In the Journals

Motavizumab reduces RSV hospitalizations in Native American infants

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November 30, 2015

The use of motavizumab significantly reduced hospitalizations for respiratory syncytial virus in healthy Native American infants, according to recent findings.

“To our knowledge, this trial is the only study to assess the effect of [respiratory syncytial virus (RSV)] prevention on nonacute RSV-associated, long-term wheezing events occurring in otherwise healthy children, and it is the first to assess the effect of motavizumab [MedImmune] for this purpose,” Katherine L. O’Brien, MD, of the Center for American Indian Health, Johns Hopkins Bloomberg School of Public Health, and colleagues wrote.

The indication of motavizumab to prevent RSV was discontinued by MedImmune, according to researchers.

In the community-based phase 3, double blind, placebo-controlled randomized trial, researchers evaluated data on 2,597 healthy Native American infants aged 6 months and younger who were born at least 36 weeks gestation on the Navajo Nation, the White Mountain Apache reservation and the San Carlos Apache Indian reservation. Infants enrolled during the fall seasons (n = 2,127) from October 2004 to December 2007 were assigned five monthly intramuscular doses of motavizumab (15 mg/kg, n = 1,417) or placebo (n = 710). The primary endpoints were respiratory hospital admission for reverse transcription PCR (RT-PCR)-confirmed RSV and RSV-specific mortality. Secondary endpoints included RSV-specific, medically attended acute lower respiratory tract infections (ALRIs) or otitis media. Participants were observed for wheezing 150 days after the initial dose and were followed until they were aged 3 years.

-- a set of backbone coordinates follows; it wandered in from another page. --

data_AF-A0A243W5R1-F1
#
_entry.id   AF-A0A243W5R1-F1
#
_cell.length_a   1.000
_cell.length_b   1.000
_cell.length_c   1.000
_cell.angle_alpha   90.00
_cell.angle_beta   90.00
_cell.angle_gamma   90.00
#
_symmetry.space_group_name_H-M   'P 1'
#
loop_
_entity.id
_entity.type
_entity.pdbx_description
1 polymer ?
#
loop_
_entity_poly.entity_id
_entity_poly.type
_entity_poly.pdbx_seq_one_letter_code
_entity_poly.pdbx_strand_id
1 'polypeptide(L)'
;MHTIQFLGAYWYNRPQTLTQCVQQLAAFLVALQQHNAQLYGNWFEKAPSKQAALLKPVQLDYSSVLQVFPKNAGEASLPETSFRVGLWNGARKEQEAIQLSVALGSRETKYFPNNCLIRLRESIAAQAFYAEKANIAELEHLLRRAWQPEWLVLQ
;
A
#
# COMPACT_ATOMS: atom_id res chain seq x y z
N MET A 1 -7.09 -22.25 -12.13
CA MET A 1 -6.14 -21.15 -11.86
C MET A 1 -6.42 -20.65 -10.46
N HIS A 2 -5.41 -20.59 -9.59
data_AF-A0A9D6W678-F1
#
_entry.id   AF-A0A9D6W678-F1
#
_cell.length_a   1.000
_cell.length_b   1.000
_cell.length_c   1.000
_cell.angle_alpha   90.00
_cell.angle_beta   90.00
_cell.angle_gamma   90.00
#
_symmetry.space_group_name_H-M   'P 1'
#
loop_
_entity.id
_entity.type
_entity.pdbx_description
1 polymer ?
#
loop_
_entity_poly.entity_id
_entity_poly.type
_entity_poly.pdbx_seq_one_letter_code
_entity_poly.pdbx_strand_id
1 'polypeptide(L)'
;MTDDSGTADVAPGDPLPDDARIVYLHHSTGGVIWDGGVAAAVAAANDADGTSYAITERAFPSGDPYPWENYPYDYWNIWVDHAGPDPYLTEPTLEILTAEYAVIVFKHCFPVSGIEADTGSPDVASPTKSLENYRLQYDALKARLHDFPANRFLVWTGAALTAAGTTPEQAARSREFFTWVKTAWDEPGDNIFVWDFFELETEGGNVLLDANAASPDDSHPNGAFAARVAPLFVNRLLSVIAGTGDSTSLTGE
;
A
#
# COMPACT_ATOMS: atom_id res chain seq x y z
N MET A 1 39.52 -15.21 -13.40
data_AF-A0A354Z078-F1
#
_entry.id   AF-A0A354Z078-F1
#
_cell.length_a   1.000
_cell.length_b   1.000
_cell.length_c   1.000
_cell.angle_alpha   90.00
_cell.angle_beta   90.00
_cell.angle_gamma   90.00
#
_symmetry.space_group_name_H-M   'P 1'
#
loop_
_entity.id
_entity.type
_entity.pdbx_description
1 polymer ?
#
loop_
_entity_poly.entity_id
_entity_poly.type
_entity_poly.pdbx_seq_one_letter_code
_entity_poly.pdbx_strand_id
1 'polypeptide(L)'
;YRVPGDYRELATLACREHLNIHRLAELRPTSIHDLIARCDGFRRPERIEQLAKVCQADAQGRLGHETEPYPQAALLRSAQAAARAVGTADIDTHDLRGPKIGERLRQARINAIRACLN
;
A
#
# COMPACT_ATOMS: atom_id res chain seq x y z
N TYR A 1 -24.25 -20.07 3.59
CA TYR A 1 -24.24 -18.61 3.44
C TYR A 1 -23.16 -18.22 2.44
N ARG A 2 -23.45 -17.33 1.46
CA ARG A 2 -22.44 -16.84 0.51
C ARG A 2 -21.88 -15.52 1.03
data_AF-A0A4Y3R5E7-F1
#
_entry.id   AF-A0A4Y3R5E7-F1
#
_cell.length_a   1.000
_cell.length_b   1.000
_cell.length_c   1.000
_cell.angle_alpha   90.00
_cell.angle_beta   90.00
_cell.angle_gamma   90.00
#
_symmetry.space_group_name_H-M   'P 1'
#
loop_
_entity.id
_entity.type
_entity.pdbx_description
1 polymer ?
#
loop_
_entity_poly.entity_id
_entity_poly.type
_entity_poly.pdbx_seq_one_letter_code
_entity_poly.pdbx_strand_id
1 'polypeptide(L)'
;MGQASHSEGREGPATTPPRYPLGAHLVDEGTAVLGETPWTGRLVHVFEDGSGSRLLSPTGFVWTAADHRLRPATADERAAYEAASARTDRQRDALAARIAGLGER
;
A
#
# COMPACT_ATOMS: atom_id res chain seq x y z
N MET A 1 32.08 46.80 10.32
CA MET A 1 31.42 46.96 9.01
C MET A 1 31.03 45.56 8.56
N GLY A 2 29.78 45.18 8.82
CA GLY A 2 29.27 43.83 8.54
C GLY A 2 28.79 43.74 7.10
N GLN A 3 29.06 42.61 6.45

An intention-to-treat analysis revealed that motavizumab yielded an 87% relative reduction (RR = 0.13; 95% CI, 0.08-0.21) in RSV-associated hospital admissions; 21 patients were hospitalized in the motavizumab group vs. 80 patients in the placebo group (P < .0001).

Moreover, 15% of patients receiving motavizumab experienced a serious adverse event vs. 21% receiving placebo, while there was a higher prevalence of hypersensitivity events among the motavizumab group (14.7% vs. 12.3%). No differences were observed in rates of mortality — none associated with motavizumab — or medically attended wheezing.

In a related editorial, Natalie I. Mazur, MD, from Utrecht University Medical Center, Netherlands, and colleagues wrote the findings “offer compelling evidence that severe RSV disease in healthy term infants is preventable using immunoprophylaxis.” However, the authors reflected on the ethical issue of post-trial obligations regarding motavizumab, which was discontinued after the FDA determined the drug was inferior to Synagis (palivizumab, MedImmune) in preterm infants and those with congenital heart disease.

“Despite the 9.8% reduction in RSV admissions to hospitals using motavizumab, Native American babies were left without RSV immunoprophylaxis because palivizumab is not an option for term children, resulting in ongoing severe RSV infections in this susceptible population,” Mazur and colleagues wrote. – by Jen Byrne

Disclosures: The trial was funded by MedImmune. O’Brien reports receiving grant funding from MedImmune, and Mazur reports no relevant financial disclosures. Please see the full study and the editorial for a list of all other authors’ relevant financial disclosures.